As President Jean-Bertrand Aristide's hold on power grows more tenuous, the prospects for peace after a departure by him appear poor.
BY FRANK DAVIES AND JACQUELINE CHARLES
WASHINGTON - After President Jean-Bertrand Aristide, what?
If Haiti's president is forced out of power soon, as many predict, the level of violence and chaos that ultimately is seen in the country will depend on how he departs, whether his backers fight rebel groups, and whether his opposition quickly fragments, officials and policy experts say.
And the ''X'' factor is how rapidly and effectively some sort of peacekeeping force could restore minimal order, prevent reprisals and protect the transition to a new government.
''If Aristide's gangs fight, you're going to have a bloodbath, with innocents killed in the crossfire, and it's going to be live on CNN,'' said Sen. Mike DeWine, R-Ohio, Friday at a forum on Haiti.
DeWine, who has made 14 trips to Haiti, called for the quick intervention of a military force with U.S. participation to stop spiraling violence.
Luigi Einaudi, assistant secretary general of the Organization of American States, lamented that there are ''too many fiefdoms with barricades and demands'' in Haiti, and that's a working definition of anarchy.
''Aristide lost control of the gangs long ago,'' Einaudi said. ``Why should anyone think they can be brought under control now? I see nothing but tragedy ahead.''
One policy analyst, Robert Maguire, who recently met with Aristide, said the president may try to stand and fight. But many experts and observers say his position is untenable.
''Aristide is toast. He's gone,'' said Tim Carney, a former U.S. ambassador to Haiti. ``The only question is whether he goes out in a pine box or on an airplane.''
Robert Fatton, a longtime Haiti expert, agreed that if Aristide's supporters in the Port-au-Prince slums fight back, it could be bloody. If Aristide resigns and leaves without calling for revenge, there's a chance for a peaceful transition.
''The biggest gamble,'' Fatton said, is that the civic opposition has decided to ignore U.S. pressure, turn down a power-sharing plan and insist on Aristide's departure -- and then take their chances negotiating with armed rebels.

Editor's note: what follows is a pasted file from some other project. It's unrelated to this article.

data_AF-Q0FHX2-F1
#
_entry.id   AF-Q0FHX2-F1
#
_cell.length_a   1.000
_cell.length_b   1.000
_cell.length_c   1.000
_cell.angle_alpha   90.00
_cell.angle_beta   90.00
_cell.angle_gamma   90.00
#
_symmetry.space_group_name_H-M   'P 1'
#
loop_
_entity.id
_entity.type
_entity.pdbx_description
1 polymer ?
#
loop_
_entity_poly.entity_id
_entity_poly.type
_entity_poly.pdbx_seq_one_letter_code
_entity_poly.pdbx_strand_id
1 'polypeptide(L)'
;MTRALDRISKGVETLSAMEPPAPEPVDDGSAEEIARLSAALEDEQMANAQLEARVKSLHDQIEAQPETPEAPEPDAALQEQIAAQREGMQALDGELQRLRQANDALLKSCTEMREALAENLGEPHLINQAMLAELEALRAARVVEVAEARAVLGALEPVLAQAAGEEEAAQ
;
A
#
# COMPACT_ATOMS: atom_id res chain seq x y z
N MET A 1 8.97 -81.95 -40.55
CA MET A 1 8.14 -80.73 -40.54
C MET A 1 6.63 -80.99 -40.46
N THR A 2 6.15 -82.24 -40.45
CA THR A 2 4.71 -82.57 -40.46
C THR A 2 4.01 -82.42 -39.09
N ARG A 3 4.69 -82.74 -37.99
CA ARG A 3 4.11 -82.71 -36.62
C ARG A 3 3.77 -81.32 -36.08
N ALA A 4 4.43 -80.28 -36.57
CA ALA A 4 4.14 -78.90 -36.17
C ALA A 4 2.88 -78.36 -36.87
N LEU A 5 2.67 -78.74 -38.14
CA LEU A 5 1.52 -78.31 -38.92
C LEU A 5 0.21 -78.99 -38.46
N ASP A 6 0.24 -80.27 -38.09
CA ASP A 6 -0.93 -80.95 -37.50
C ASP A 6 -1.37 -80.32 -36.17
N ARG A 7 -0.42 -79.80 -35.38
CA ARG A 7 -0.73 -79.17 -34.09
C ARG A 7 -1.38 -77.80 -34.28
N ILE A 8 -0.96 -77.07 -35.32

''It's bizarre that they are not willing to deal with an emasculated Aristide under international pressure and instead deal with death squad leaders and others who are not likely to disarm,'' said Fatton, a University of Virginia professor and native of Haiti.
DeWine was more blunt: ``The opposition would not deal with Aristide, but do they think it will be any bed of roses dealing with thugs? They're crazy.''
But opposition leaders such as Ariel Henry of the Democratic Convergence said they will try to negotiate an agreement with the rebels, then seek a consensus for a transition government and new elections.
Henry warned that the longer the crisis continues, the more difficult it will be for Haiti to return to stability.
Opposition groups will try to follow the Haitian Constitution and agree on a transition president -- but not the current chief justice of the Supreme Court, as designated by the constitution, because he is an Aristide appointee.
The provisional president ''would be more like a consensus builder, nothing more than that,'' said Gervais Charles, an attorney and leading figure in the opposition Democratic Platform.
A peaceful transition will be threatened by several realities: Armed groups may not disarm, Aristide's Lavalas party may be excluded or lie low, and any unity in the opposition may dissolve once Aristide goes.
''The only thing that unites them now is their visceral, personal hatred of Aristide,'' Fatton said.
Maguire, a professor at Trinity College in Washington who met opposition leaders in December, said any transition must include some of Aristide's backers.
''It's critical that Lavalas be given a place, some role in the future, because they're a significant force, and they're not going away,'' Maguire said.
James Dobbins, special envoy to Haiti after Aristide was restored to power in 1994, said only outside groups could run the next vote to ensure fairness and public trust.
And he warned that it will take a greater U.S. effort to protect Haiti's future than either the Clinton or Bush administrations have been willing to make.
''The lesson in this crisis for U.S. policy is that we need a larger
and longer commitment to have a meaningful impact,'' said Dobbins, a RAND
Corp. security analyst who has worked to revive failed states.